January 21, 2014 at 5:28 am #9468
My personal experience is that a properly installed alarm system adds additional value to your residence. Potential buyers may choose your home over another because it already includes an alarm in the selling price, and as such, the alarm system is usually left installed in the home.
However, moving an alarm system is an excellent option for tenants who rent rather than own, since they can move the alarm to their next apartment. Renters usually don’t recoup their alarm system investment by trying to sell the alarm to the next tenant. There are some wireless products available that fit the bill for “an easy installation and move”.
Choose an alarm system that has a SEPARATE keypad and a SEPARATE control panel. This is very important as the control panel is the “brains” of the unit and should be hidden away from sight, not installed in some convenient “out-in-the-open” place for a criminal to easily attack.
Absolutely run away from the wireless ALL-IN-ONE SELF-CONTAINED HUGE KEYPAD CRAP that is being promoted by many dealers. It is by far the easiest alarm system to defeat (as well documented on the internet and posted here).
What’s the point of having an alarm system that claims to be “super easy and fast to install”, but that can be defeated in under 20 seconds by someone kicking down the front door and yanking the keypad off of the wall before the entry delay expires?
It’s important to understand the steps (and time) involved with how alarm systems communicate using a telephone line to contact the monitoring station. An alarm is triggered and the control panel seizes the telephone line. It dials the monitoring station where a connection is made between the modem at the station and the modem inside your alarm system. They then “talk” to each other, explain to each other “what happened” and then they hang up.
The time involved is comparable to you dialing someone on speed dial, getting connected and then speaking to them for 15 seconds. If you don’t have a wireless cellular or radio communicator, your unsupervised telephone line and your alarm system must “survive” for approximately 45 seconds to one minute AFTER YOUR SIRENS ARE ACTIVATED (which is when the alarm system will start its transmission) to ensure that the call has gone through.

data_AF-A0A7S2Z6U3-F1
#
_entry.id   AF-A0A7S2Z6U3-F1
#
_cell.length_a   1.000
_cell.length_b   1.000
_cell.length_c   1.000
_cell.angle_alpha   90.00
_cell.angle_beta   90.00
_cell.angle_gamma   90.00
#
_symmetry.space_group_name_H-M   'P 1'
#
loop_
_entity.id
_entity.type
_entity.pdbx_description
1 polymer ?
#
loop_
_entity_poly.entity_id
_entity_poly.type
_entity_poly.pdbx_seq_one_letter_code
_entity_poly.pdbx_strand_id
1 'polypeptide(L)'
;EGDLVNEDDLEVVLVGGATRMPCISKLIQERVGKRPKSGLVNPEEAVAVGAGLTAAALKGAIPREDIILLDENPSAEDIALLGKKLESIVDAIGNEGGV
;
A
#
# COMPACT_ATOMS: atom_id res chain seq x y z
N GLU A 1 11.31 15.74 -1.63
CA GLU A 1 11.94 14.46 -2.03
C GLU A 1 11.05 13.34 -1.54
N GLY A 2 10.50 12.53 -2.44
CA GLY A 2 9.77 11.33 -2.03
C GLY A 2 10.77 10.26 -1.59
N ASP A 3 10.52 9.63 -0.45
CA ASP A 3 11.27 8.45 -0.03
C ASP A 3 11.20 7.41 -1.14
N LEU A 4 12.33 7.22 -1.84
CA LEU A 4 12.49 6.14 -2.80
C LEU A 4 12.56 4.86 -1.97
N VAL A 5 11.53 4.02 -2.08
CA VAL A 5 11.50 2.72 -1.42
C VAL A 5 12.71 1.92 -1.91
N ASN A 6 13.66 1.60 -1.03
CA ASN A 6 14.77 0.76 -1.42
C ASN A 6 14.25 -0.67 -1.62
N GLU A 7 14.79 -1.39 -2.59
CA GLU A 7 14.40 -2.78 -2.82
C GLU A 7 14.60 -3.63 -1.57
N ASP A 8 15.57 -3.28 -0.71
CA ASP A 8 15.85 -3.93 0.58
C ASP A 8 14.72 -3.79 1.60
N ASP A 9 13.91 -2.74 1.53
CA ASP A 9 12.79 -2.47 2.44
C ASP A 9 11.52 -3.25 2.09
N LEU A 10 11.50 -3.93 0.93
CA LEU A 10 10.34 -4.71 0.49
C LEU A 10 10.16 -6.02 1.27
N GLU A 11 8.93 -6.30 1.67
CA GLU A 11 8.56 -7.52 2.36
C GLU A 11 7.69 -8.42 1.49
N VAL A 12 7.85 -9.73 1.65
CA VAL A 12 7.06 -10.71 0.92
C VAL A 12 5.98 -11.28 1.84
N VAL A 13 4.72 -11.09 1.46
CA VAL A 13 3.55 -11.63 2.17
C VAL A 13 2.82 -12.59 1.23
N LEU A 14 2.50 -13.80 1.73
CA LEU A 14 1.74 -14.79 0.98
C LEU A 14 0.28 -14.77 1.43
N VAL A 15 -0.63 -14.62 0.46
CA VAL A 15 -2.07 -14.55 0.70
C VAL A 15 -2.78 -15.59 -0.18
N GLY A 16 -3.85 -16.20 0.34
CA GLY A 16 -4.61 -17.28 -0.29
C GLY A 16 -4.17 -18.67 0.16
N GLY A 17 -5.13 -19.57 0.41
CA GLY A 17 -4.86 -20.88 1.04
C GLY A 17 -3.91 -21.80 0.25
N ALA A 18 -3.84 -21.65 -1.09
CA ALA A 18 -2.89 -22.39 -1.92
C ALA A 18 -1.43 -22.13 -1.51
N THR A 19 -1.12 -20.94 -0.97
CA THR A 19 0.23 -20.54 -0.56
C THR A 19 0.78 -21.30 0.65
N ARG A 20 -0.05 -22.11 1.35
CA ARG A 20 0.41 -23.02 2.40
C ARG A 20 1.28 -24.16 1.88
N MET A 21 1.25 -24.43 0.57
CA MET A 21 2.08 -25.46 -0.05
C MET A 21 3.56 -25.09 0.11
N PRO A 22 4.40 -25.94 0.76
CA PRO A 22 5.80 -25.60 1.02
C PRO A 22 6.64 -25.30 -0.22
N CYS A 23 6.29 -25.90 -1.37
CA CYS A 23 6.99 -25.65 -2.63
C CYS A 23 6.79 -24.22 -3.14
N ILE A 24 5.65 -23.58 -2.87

You can see from this explanation that the “all-in-one-self-contained-keypad/alarm systems” are easily defeated during the entry delay necessary to disarm the system after the front door has been opened. This is well before an alarm condition is triggered.
Stay away from any alarm company that continues to push this piece of garbage, as better security products exist. Admittedly, there are ways to overcome the obvious design weakness and better secure this product, but why bother? Just purchase a better alarm system to begin with, that you don’t have to “fix”. Besides, the huge keypad is an ugly eyesore!!
Since the title of this article is “What is the Best Home Alarm System?”, I’ve started you in the right direction by telling you what alarm systems to avoid.
However, I would have appreciated more information being advanced to the general public towards the choice of alarm equipment and its components, proper installation techniques and more education on how to choose an alarm system based on its many features, which can be confusing to many homeowners.
Be an informed consumer, research the internet, talk to friends and family for references and most importantly, ask A LOT of questions before you purchase an alarm system.
January 21, 2014 at 5:29 am #9469
First off, thanks so much for taking the time to share your insight and experience, it’s much appreciated.
Regarding your point with the entry delay expiring and the problem with “all in one keypads” – this has been resolved in the FrontPoint system in that a signal is sent the second one of the sensors is triggered. Entering the correct security code sends a second signal. If that second signal is never received, the event is treated as an alarm. Therefore, even if a burglar breaks in and immediately smashes the keypad, if they didn’t enter the disarm code (thereby sending the second signal), the break-in will be treated as an alarm.
In response to your request, we’ll work on providing more information on specific installation techniques and further education surrounding alarm equipment and its components.